Back in April, President Trump ordered a review of 27 national monuments across the U.S. to see if their designations by past presidents under the Antiquities Act was done with an “appropriate level of input from all parties.” The idea is that if they weren’t then the government could choose to reduce or eliminate protected areas, opening them up to business interests.
On Monday, the public comment period for the review ended and environmental organizations say the consensus is clear: consumers want these national monuments to remain intact.
“It’s no wonder communities across the country mobilized to submit over 2.7 million comments so quickly when people overwhelmingly disapprove of the Trump administration’s extreme anti-environmental policies,” said Gene Karpinski, president of the League of Conservation Voters.
National monument review
According to Courthouse News, the review encompassed more than 11.2 million acres of land predominantly in the American West and 217 million acres of ocean on both sides of the country.
Proponents of reducing or eliminating federal ownership of monument lands say that the current designations are too intrusive, restrictive, and stop states from using their own land how they’d like to. They say this is especially true in states like Nevada, Utah, Arizona, and California where protected lands are highly concentrated.
Department of the Interior Secretary Ryan Zinke is leading the review and says that his investigation aims to assess all sides of the debate before making a final decision. “Too often under previous administrations, decisions were made in the Washington, D.C. bubble, far removed from the local residents who actually work the land and have to live with the consequences of D.C.’s actions,” he said on Tuesday. “This monument review is the exact opposite.”
However, environmental groups claim that Zinke is already in the pocket of corporate interests, as seen by his recommendation to shrink 1.9 million acres of protected land in Southeastern Utah to allegedly open it up for drilling.
“Zinke’s public-review process was a complete sham from start to finish. He’s doing the bidding of corporate polluters,” charged Randi Spivak, director of the Center for Biological Diversity’s public lands program.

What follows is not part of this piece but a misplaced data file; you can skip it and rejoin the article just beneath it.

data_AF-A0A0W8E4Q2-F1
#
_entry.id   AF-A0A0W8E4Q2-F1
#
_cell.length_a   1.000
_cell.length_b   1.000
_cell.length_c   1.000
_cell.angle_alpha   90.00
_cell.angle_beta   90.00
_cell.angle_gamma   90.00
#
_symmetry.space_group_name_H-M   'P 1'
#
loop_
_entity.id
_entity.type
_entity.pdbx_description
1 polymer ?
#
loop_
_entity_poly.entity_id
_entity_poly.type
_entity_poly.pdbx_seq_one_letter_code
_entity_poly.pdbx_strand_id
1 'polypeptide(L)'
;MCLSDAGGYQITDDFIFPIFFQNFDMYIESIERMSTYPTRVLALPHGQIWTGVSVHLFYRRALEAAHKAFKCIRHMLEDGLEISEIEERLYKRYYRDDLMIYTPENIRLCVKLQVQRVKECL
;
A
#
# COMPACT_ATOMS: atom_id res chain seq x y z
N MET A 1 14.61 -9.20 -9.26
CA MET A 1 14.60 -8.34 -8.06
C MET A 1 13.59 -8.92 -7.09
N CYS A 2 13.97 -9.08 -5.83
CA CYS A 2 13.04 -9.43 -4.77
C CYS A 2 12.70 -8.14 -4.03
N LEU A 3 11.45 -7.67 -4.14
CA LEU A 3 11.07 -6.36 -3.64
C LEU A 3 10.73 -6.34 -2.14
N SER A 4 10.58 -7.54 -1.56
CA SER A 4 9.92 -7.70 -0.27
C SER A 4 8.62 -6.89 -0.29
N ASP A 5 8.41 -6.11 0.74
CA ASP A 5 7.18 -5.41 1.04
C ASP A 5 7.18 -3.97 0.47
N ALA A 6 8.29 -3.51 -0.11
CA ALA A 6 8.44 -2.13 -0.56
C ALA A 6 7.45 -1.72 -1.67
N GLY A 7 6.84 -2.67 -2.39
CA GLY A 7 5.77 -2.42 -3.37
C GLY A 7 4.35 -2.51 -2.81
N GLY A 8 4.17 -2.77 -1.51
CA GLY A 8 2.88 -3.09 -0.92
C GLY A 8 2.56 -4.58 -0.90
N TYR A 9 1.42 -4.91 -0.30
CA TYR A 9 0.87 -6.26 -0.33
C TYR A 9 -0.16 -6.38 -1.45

Senators speak out
Several U.S. senators have spoken out on the matter, with many saying that reducing protections for monument lands would be devastating to the states they represent.
“Erasing America’s national monuments from the map would devastate our thriving outdoor recreation economy, which generates 68,000 jobs and $6.1 billion of annual economic activity in New Mexico alone,” said New Mexico Sen. Martin Heinrich. “And it could easily lead us down a slippery slope toward the selloff of our public lands to the highest bidder and massive giveaways of public resources to special interests.”
“The Trump administration’s process to roll back our national monuments is not rooted in Western values, where we sit down, compare priorities, and find common ground,” said Colorado Sen. Michael Bennet. “Throughout the comment period, Coloradans and people across the country agreed, sending a unified message: Leave our national monuments alone.”
Is it legal?
While other officials like Utah Congressman Rob Bishop have become proactive in trying to undo national monument designations on the grounds that they lack local support, are excessive, or violate the Antiquities Act, legal experts have questioned whether the President Trump has the right to reduce or eliminate national monuments at all.
On July 7, 121 lawyers specializing in environmental law sent a letter saying that the review “reflect(s) profound misunderstandings of both the nature of national monuments and the president’s legal authority under the Antiquities Act.” They point out that Congress, not the President, has plenary authority over public lands, and that any attempt by the executive office to pass land-use decisions would be illegal.
The group references an interim report on the Bears Ears protected area in Utah which “implies that the president has the power to abolish or diminish a national monument after it has been established by a public proclamation that properly invokes authority under the Antiquities Act,” saying that such an assumption “is mistaken.”
The Department of Interior’s review of the national monuments is scheduled to end on August 24.
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